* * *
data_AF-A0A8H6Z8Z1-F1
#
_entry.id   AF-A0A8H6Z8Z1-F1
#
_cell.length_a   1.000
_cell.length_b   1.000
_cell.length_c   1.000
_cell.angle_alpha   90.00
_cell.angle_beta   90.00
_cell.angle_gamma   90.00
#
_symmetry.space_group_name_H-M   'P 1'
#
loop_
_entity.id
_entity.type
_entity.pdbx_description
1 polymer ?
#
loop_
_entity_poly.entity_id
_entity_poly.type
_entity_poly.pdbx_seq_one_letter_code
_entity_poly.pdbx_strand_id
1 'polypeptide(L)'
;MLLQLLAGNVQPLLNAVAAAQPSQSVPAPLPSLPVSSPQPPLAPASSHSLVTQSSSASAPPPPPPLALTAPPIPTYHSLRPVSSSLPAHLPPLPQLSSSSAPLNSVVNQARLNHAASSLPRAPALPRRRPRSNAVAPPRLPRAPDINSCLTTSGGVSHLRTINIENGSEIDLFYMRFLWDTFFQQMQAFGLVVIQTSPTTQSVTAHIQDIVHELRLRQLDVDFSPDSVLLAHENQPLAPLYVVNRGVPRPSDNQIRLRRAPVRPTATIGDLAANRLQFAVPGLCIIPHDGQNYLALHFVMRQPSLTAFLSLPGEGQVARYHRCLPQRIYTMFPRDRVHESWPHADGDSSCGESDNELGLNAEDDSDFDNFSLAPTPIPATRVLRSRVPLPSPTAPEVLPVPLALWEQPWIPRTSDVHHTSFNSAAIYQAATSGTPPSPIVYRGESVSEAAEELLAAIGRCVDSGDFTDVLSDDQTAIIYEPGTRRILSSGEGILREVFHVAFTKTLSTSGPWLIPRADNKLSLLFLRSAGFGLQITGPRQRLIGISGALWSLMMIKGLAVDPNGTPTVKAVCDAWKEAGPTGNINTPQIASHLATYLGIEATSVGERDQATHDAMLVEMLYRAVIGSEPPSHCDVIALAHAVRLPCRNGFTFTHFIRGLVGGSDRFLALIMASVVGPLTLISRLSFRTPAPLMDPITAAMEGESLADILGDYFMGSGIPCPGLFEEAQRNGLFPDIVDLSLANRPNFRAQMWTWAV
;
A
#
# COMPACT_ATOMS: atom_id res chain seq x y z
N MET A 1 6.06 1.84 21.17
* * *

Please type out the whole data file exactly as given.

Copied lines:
data_AF-A0A8H6Z8Z1-F1
#
_entry.id   AF-A0A8H6Z8Z1-F1
#
_cell.length_a   1.000
_cell.length_b   1.000
_cell.length_c   1.000
_cell.angle_alpha   90.00
_cell.angle_beta   90.00
_cell.angle_gamma   90.00
#
_symmetry.space_group_name_H-M   'P 1'
#
loop_
_entity.id
_entity.type
_entity.pdbx_description
1 polymer ?
#
loop_
_entity_poly.entity_id
_entity_poly.type
_entity_poly.pdbx_seq_one_letter_code
_entity_poly.pdbx_strand_id
1 'polypeptide(L)'
;MLLQLLAGNVQPLLNAVAAAQPSQSVPAPLPSLPVSSPQPPLAPASSHSLVTQSSSASAPPPPPPLALTAPPIPTYHSLRPVSSSLPAHLPPLPQLSSSSAPLNSVVNQARLNHAASSLPRAPALPRRRPRSNAVAPPRLPRAPDINSCLTTSGGVSHLRTINIENGSEIDLFYMRFLWDTFFQQMQAFGLVVIQTSPTTQSVTAHIQDIVHELRLRQLDVDFSPDSVLLAHENQPLAPLYVVNRGVPRPSDNQIRLRRAPVRPTATIGDLAANRLQFAVPGLCIIPHDGQNYLALHFVMRQPSLTAFLSLPGEGQVARYHRCLPQRIYTMFPRDRVHESWPHADGDSSCGESDNELGLNAEDDSDFDNFSLAPTPIPATRVLRSRVPLPSPTAPEVLPVPLALWEQPWIPRTSDVHHTSFNSAAIYQAATSGTPPSPIVYRGESVSEAAEELLAAIGRCVDSGDFTDVLSDDQTAIIYEPGTRRILSSGEGILREVFHVAFTKTLSTSGPWLIPRADNKLSLLFLRSAGFGLQITGPRQRLIGISGALWSLMMIKGLAVDPNGTPTVKAVCDAWKEAGPTGNINTPQIASHLATYLGIEATSVGERDQATHDAMLVEMLYRAVIGSEPPSHCDVIALAHAVRLPCRNGFTFTHFIRGLVGGSDRFLALIMASVVGPLTLISRLSFRTPAPLMDPITAAMEGESLADILGDYFMGSGIPCPGLFEEAQRNGLFPDIVDLSLANRPNFRAQMWTWAV
;
A
#
# COMPACT_ATOMS: atom_id res chain seq x y z
N MET A 1 6.06 1.84 21.17